I Thought My OCD Intrusive Thoughts Meant I Wanted to Hurt People

The Ability Toolbox is a disabled-owned small business. We use affiliate links, which means we may receive commissions at no added cost to you. Thanks!


Out of all the anxiety disorder symptoms I've experienced, intrusive thoughts are definitely the worst. There are many struggles faced by people living with mental illnesses, but this is one I can safely compare to feeling like the equivalent of hell. Part of what made it even worse than it already was, though, was that I didn’t even know it was a mental health issue.

I have never been diagnosed with obsessive-compulsive disorder (OCD), an illness that commonly comes with intrusive thoughts, but I have experienced intrusive thoughts themselves (and, according to my doctor, exhibited “obsessive-compulsive” traits). As someone with generalized anxiety disorder (GAD), my thoughts already caused me a lot of anxiety; these intrusive thoughts were just worse than my typical “something bad’s going to happen” feelings that GAD gave me.

I’ve had intrusive thoughts ever since I was young, and there were things I tried to do to “combat” the thoughts so they wouldn’t bother me. If someone in the house was sick or showing symptoms of an illness that I was afraid to get, I washed my hands constantly, to the point that they were dried out, hard, and cracking. If I had thoughts come into my head of hurting people, I would put away any kitchen knife within my reach. If I thought I was going to hell because I wasn’t religious “enough,” I would profess my faith in God over and over again to combat it.

It was bad enough having these thoughts, but what made them worse was the fact that I thought I believed them. I didn’t know intrusive thoughts were signs of a mental health issue, so I thought all the thoughts I had were my own. I thought I really wanted to hurt people I cared about every time those kinds of thoughts came to mind. I didn’t want to think about these things, but I did, and I couldn’t stop. It was like my brain was a broken record player, and the more I tried to stop it from having the same thoughts, the more frequently the thoughts came.

Thinking you are a bad person and having your mind seemingly confirm it is beyond self-destructive; it can be deadly. I believed I wanted to do awful things, so I thought I was an awful person. This faulty belief led to what I now know was my first major depressive episode, and, subsequently, led to severe suicidal ideation.

I withdrew from people, not just because of depression, but also because of guilt. I couldn’t bear to tell anyone what kind of thoughts were invading my mind, so I kept them to myself. But that made me feel even guiltier, knowing that I was hiding a part of myself that I was sure would come out eventually. It was a never-ending cycle of shame.

But I finally had a moment of clarity. I don’t remember exactly what led up to it, but I do remember thinking that my thoughts weren’t necessarily my own, nor in my control. I considered that I may be experiencing an illness, something that was not completely within my control.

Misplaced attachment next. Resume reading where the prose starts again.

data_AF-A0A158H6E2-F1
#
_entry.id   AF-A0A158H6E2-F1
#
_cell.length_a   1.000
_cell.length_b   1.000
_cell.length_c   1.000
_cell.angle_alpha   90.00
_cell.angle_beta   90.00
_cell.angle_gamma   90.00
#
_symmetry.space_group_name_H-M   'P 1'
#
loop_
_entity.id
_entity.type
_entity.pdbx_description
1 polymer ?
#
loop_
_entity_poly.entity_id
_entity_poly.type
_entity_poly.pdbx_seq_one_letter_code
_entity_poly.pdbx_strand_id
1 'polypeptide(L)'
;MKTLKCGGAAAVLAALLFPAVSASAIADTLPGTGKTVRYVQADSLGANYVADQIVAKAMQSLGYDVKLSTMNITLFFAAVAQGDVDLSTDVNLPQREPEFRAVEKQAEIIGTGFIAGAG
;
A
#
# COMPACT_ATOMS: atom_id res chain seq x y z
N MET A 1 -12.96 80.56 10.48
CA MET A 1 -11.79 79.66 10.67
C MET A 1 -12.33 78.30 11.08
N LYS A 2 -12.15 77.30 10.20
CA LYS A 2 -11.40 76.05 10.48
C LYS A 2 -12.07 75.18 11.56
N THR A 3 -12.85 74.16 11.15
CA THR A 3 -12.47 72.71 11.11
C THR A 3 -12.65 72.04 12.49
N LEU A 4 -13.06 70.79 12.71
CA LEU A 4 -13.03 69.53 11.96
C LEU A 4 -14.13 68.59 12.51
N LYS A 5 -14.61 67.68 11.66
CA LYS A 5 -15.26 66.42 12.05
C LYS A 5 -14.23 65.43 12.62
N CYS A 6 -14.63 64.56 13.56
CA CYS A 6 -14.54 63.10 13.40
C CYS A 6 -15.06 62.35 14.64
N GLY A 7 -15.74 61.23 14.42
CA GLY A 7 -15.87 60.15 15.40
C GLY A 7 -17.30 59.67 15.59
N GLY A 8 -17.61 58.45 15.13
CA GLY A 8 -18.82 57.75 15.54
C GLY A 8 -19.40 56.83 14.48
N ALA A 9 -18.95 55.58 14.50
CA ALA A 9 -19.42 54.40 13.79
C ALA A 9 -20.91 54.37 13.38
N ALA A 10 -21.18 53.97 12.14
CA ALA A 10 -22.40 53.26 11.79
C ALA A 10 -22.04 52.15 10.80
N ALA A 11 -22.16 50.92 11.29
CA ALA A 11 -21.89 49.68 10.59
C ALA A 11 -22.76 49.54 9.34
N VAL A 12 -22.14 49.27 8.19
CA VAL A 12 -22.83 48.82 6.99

I was still too afraid to talk to anyone about my intrusive thoughts, so I researched several mental health screenings online instead. After taking what seemed like a dozen, I finally found one that said I may be experiencing OCD. Like many people, I thought OCD simply meant that someone was obsessed with cleanliness and order. I didn’t know it was an actual illness, and I didn’t know how insidious the thoughts were that many people with OCD experience. Only through research did I learn what OCD actually was. Only then did I realize that OCD and intrusive thoughts in general were exactly that: mental illnesses that needed professional treatment.

Years later, I thank medication and therapy for bringing me out of the darkness I once lived in. One of the most important things I learned with therapy that I still take with me today is that not every thought reflects your beliefs. Thoughts are often random and come out of nowhere, but that doesn’t mean you have to entertain every thought you have. And though it is difficult to ignore them when you have an anxiety disorder, it is possible to overcome the insurmountable responsibility you assign yourself to every thought you have that is not necessarily your own.

Intrusive thoughts have brought me much shame, but knowing that I was not responsible for every thought I had lifted so much weight off of me. I hope that by sharing my experience, I can help someone else out there know that they’re not alone, and that they deserve help so they can truly live their lives.

If you're struggling with intrusive thoughts or suicidal thoughts, you're not alone. If you need crisis support in the USA, call 988, or consult this list of mental health hotlines to find the help you need in your country.

Image by 1388843 from Pixabay

 | Website

Fairley Lloyd is a bisexual writer and editor passionate about mental health education and accessibility. She earned her BFA in creative writing from the University of North Carolina Wilmington. Her work appears in The Mighty, Thought Catalog, Spoonie Magazine, and elsewhere. You can find her sporadically on Twitter (@fairleylloyd) and Instagram (@fairleywords).

The Ability Toolbox
Register New Account